“She lit up like a Christmas tree and smiled, and I could just tell there was a weight lifted from her, to actually be told, you get to just be a kid.”
— Molly Shen (@MollyShenKOMO) November 13, 2017
KOMO reported that Kevin and Maria Lewis sued the stat, because the Department of Social and Health Services didn’t intervene sooner; teachers, community members, and even Cheyene herself reported the parents numerous times, but they didn’t investigate thoroughly enough. The state failed the children, and Cheyene and her brothers paid the price for it.
According to KOMO, Kevin said:
“It’s just disgusting to know that your kid grew up for seven years in filth. And no one did nothing about it.”
This week, the state awarded Cheyene $4 million. The family’s attorney, David Moody, told KOMO:
“DSHS paid this settlement … to Cheyene, which says to me that they know it screwed up and screwed up badly.”
As of February, KOMO reported that Cheyene was in trauma therapy, but thriving in her new life. And with her new settlement and caring family, it seems like she’s well on her way to a “happily ever after” of her own.
Sara Vallone has been a writer and editor for the last four and a half years. A graduate of Ohio University, she enjoys celebrity news, sports, and articles that enhance people’s lives.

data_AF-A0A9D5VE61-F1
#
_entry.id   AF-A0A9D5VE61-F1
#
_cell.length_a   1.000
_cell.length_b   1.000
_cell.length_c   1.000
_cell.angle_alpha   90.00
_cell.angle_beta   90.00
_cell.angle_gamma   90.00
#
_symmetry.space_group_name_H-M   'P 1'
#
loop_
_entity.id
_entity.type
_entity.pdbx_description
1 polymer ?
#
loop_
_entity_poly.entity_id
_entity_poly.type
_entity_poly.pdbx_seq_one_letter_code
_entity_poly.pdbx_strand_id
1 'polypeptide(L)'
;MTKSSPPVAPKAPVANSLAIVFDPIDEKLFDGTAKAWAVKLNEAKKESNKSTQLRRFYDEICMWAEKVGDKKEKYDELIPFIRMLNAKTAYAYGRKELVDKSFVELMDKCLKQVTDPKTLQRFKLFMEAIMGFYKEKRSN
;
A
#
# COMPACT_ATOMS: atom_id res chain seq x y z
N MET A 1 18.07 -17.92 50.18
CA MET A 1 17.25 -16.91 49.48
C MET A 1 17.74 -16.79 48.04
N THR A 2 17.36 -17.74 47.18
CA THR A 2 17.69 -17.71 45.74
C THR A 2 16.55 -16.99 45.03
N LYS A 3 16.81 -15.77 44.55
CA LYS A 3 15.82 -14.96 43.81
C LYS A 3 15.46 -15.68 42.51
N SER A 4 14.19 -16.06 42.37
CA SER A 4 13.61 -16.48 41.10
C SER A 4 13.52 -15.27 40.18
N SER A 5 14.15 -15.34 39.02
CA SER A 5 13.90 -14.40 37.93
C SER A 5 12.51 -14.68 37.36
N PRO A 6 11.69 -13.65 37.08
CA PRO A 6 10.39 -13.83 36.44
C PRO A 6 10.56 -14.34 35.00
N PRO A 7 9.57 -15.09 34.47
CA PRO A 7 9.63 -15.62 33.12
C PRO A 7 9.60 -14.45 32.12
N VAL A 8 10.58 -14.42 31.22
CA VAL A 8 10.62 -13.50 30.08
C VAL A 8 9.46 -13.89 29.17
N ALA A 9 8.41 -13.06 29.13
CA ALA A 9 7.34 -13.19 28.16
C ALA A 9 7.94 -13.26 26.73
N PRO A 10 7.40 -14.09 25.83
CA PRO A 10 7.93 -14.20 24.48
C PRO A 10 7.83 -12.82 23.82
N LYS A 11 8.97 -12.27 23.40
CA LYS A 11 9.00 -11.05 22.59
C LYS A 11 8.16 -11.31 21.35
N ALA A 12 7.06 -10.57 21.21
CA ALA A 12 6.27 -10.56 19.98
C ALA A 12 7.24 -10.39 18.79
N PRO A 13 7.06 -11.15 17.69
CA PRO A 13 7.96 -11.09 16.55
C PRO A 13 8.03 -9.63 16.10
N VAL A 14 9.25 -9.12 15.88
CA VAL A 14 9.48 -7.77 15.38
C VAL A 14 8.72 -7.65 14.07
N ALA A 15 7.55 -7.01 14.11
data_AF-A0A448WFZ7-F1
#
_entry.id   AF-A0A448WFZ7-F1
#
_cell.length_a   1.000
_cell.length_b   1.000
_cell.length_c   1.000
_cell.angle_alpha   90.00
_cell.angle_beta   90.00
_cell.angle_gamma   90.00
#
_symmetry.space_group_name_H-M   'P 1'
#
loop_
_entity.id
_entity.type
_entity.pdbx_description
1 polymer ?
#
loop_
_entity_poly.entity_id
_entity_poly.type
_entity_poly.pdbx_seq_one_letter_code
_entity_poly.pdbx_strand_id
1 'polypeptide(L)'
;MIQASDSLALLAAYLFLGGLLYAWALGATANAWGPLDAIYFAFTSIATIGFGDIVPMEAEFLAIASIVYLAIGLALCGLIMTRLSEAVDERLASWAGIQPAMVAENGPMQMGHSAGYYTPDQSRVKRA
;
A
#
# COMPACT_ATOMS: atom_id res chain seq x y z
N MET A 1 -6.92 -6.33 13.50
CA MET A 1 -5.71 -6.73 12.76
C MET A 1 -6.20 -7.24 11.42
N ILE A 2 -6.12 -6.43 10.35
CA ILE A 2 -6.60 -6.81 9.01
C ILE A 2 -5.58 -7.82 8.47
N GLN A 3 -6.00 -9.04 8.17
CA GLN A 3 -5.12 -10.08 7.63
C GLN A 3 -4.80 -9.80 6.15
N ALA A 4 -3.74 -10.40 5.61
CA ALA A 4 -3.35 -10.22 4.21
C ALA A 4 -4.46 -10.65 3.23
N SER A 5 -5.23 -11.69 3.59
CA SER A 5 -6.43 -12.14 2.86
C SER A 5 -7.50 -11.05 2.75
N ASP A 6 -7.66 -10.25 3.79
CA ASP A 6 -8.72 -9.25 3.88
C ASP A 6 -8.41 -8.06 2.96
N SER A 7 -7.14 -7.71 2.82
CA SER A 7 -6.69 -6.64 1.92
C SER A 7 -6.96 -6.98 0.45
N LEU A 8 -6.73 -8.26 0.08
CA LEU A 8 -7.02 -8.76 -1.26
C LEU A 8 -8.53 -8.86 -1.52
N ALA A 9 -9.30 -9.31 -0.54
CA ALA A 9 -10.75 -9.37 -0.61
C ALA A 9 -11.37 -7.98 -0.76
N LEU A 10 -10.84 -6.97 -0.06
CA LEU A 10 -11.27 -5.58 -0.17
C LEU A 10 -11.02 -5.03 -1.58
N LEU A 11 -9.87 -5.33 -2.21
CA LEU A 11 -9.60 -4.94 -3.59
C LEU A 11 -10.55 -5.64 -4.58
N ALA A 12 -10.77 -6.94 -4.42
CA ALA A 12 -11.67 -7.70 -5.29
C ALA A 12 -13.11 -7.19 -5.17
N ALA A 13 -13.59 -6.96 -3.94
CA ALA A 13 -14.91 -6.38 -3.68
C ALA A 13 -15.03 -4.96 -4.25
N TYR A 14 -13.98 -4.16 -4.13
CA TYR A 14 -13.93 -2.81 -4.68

Mamas Uncut is the place for moms online. We cover the latest news around motherhood and parenting, plus entertainment news as well – all with a mom-focused twist. Looking for parenting advice? We have plenty of it, all for moms, from moms. Our mission is focused solely on empowering moms and moms-to-be with the knowledge and answers they’re looking for. We don’t stop there though, we have expert advice on a range of topics, and all of our categories get updated multiple times a day, so if there’s one website for moms you need to bookmark, it’s Mamas Uncut. We cover it all, from the latest and trendiest baby names, in the US and all over the world, to advice for moms in the workplace, or mom to mom advice on balancing it all. Looking for an answer to a specific question you’ve have? Head over to our new answers section, where you can ask questions on a nearly endless amount of topics, and you’ll get answers fast – really fast. Mamas Uncut is more than just the place for moms, it’s the community of moms – all here to help, make friends, and more. Not sure where to start? Take a look at one of our key topic areas like Pregnancy or Relationships – if you’re looking for advice on a specific topic, there’s a pretty good chance that we’ve already written on it (a few times), or that it’s within our answers section. If you don’t have time to read the site every day, we also have a newsletter that you can control how often you want to receive – that way we send all of the must-see content for moms directly to your inbox – it’s that easy. So go ahead and take a look around, ask a question, or just keep reading, we’re glad you’re here.